another plaintiff with similar allegations of demand futility may bar a second plaintiff

from filing the same suit, if the second plaintiff makes substantially different allegations

of demand futility based on additional information, issue preclusion, from both a logic

and fairness standpoint, would not apply.” West Coast Mgmt., 914 A.2d at 643 n.22.

III.   THE SCOPE OF DOCUMENTS NORFOLK SEEKS IS APPROPRIATE

       A.      Grimes and Kaufman Do Not Limit the Scope of Production

       As demonstrated in Plaintiff’s Opposition to Defendant’s Motion for Summary

Judgment at 4-6, neither Grimes nor Kaufman limit the scope of production here to the




                                              7
SLC Report and the few other documents that defendant has produced. In Grimes the

Court tailored the scope of production to those documents that are “essential to achieving

[plaintiff’s] stated purpose as required by Section 220.” Grimes, 724 A.2d at 567.

(Emphasis added). Given the specific, stated purpose in that particular case, which

related solely to the Special Litigation Committee, the Court held that plaintiff was

entitled to that committee’s report and minutes related to the committee.6 Id.

       In Kaufman, the stated purpose was different than in Grimes, and, unsurprisingly,

so was the result. Thus, in Kaufman, the stated purpose was to investigate specific

misconduct related to the company’s giving releases to certain individuals related to a

settlement of an ERISA class action. See Kaufman, 905 A.2d at 751. In response to the

plaintiff’s Section 220 action, the defendant in Kaufman voluntarily agreed to produce the

requested documents, id., which included the following “wide range of documents”:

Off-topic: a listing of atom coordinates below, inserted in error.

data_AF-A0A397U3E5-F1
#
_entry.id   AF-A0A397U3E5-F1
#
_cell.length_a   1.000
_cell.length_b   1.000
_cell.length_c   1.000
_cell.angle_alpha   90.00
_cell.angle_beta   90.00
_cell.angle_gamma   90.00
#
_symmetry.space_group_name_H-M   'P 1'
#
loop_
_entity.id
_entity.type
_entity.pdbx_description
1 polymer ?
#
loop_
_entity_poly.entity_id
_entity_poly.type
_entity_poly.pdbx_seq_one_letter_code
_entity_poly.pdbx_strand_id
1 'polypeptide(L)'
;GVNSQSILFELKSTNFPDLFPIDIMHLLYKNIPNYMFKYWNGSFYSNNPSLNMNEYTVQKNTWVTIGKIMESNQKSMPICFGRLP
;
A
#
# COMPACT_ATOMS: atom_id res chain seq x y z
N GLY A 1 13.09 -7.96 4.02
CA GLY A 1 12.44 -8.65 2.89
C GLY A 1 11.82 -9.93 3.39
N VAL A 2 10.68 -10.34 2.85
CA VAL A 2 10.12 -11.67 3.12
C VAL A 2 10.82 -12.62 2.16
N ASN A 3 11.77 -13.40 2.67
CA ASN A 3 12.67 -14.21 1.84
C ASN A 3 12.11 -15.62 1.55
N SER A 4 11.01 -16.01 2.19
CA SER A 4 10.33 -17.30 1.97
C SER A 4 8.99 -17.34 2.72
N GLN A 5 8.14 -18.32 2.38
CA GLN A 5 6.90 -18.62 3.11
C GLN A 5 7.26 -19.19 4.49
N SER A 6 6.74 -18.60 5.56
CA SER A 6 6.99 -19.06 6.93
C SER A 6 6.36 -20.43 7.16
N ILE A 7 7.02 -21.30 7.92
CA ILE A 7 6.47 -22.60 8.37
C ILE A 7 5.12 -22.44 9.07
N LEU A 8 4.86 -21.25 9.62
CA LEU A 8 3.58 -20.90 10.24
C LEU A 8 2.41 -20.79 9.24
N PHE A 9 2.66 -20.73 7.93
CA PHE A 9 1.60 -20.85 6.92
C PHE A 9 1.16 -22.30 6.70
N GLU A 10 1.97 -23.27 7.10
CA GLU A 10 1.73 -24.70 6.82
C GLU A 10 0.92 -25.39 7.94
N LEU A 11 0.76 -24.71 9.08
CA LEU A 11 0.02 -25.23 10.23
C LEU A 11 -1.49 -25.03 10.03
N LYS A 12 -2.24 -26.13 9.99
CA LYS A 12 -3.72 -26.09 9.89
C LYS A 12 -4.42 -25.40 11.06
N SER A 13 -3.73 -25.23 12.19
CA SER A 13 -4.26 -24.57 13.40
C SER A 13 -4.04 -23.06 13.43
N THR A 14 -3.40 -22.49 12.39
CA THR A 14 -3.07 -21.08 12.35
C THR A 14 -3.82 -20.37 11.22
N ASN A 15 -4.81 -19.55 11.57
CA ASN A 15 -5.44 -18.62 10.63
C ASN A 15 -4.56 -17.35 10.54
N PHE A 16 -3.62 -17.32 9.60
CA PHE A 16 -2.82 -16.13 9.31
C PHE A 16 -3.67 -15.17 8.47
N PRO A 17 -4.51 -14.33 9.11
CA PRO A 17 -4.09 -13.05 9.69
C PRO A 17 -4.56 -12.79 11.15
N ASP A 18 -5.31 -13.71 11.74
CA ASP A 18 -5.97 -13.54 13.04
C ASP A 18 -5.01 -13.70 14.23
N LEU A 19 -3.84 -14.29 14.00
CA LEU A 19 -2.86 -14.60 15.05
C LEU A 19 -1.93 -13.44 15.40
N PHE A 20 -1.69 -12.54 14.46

(1) lightly redacted copies of minutes of meetings of CA’s board of
       directors and Audit Committee from April 1, 1998 through April 30, 2004;
       (2) correspondence between CA’s former counsel, Wachtell, Lipton,
       Rosen & Katz (“WLRK”), and the government concerning the
       government investigation of CA’s past accounting practices; (3)
       chronologies of 42 CA license agreements CA entered into during CA’s
       fiscal year 2000 for which CA prematurely recognized the associated
       revenue (4) summaries of the five Audit Committee interviews of Kumar
       and Richards; and (5) talking points prepared by WLRK in connection
6
 The stated purpose in Grimes was to investigate “the formation, investigation and report
of the Special Committee . . . [and] the DSC board’s decision to accept the Special
Committee’s recommendation.” Grimes, 724 A.2d at 563. Defendant misses the point
when it attempts to limit the scope of production here by stating, “This case, like Grimes,
necessarily implicates the determinations of an SLC.” Def. Opp. Br. at 4. What
defendant fails to acknowledge is that plaintiff’s stated purpose here is different than in
Grimes, and, therefore, the inspection here should be “tailored” to that different stated
purpose. Significantly, in Grimes, the plaintiff was not seeking documents in his Section
220 action concerning his underlying claim that the CEO’s compensation package should
be rescinded. See Grimes, 724 A.2d at 564-65.




                                            8
       with oral briefings to the government and to CA’s board of directors
       concerning the government investigation.

Id. at 751-52. The Court found these documents to be sufficient to allow the plaintiff to

investigate the potential misconduct related to the releases.      See id. at 754.    After